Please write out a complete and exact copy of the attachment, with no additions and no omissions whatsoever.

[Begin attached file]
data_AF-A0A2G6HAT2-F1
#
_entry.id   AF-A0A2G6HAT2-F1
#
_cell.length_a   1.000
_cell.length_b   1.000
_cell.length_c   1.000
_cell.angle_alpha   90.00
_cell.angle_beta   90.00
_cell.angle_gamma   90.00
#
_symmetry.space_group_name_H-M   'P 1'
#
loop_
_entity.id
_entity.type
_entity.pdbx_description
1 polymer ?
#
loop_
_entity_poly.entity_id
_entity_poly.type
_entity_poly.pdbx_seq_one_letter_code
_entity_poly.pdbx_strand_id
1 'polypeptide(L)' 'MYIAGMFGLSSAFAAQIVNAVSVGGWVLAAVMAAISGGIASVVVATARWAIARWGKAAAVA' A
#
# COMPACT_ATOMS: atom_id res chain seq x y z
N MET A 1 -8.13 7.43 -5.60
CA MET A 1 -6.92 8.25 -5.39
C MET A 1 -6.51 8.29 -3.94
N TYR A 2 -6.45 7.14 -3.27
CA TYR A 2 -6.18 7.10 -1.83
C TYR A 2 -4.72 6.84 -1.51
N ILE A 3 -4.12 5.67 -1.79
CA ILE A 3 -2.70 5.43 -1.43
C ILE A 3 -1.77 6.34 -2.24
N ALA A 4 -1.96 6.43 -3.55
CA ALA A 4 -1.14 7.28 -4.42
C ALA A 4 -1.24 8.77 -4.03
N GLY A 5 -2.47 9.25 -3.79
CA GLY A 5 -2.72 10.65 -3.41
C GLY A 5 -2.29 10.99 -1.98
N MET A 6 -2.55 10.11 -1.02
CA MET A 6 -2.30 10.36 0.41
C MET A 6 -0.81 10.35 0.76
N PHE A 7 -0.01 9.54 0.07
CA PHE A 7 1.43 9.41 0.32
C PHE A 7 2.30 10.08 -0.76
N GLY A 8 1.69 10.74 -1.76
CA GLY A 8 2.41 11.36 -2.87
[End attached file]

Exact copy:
data_AF-A0A2G6HAT2-F1
#
_entry.id   AF-A0A2G6HAT2-F1
#
_cell.length_a   1.000
_cell.length_b   1.000
_cell.length_c   1.000
_cell.angle_alpha   90.00
_cell.angle_beta   90.00
_cell.angle_gamma   90.00
#
_symmetry.space_group_name_H-M   'P 1'
#
loop_
_entity.id
_entity.type
_entity.pdbx_description
1 polymer ?
#
loop_
_entity_poly.entity_id
_entity_poly.type
_entity_poly.pdbx_seq_one_letter_code
_entity_poly.pdbx_strand_id
1 'polypeptide(L)' 'MYIAGMFGLSSAFAAQIVNAVSVGGWVLAAVMAAISGGIASVVVATARWAIARWGKAAAVA' A
#
# COMPACT_ATOMS: atom_id res chain seq x y z
N MET A 1 -8.13 7.43 -5.60
CA MET A 1 -6.92 8.25 -5.39
C MET A 1 -6.51 8.29 -3.94
N TYR A 2 -6.45 7.14 -3.27
CA TYR A 2 -6.18 7.10 -1.83
C TYR A 2 -4.72 6.84 -1.51
N ILE A 3 -4.12 5.67 -1.79
CA ILE A 3 -2.70 5.43 -1.43
C ILE A 3 -1.77 6.34 -2.24
N ALA A 4 -1.96 6.43 -3.55
CA ALA A 4 -1.14 7.28 -4.42
C ALA A 4 -1.24 8.77 -4.03
N GLY A 5 -2.47 9.25 -3.79
CA GLY A 5 -2.72 10.65 -3.41
C GLY A 5 -2.29 10.99 -1.98
N MET A 6 -2.55 10.11 -1.02
CA MET A 6 -2.30 10.36 0.41
C MET A 6 -0.81 10.35 0.76
N PHE A 7 -0.01 9.54 0.07
CA PHE A 7 1.43 9.41 0.32
C PHE A 7 2.30 10.08 -0.76
N GLY A 8 1.69 10.74 -1.76
CA GLY A 8 2.41 11.36 -2.87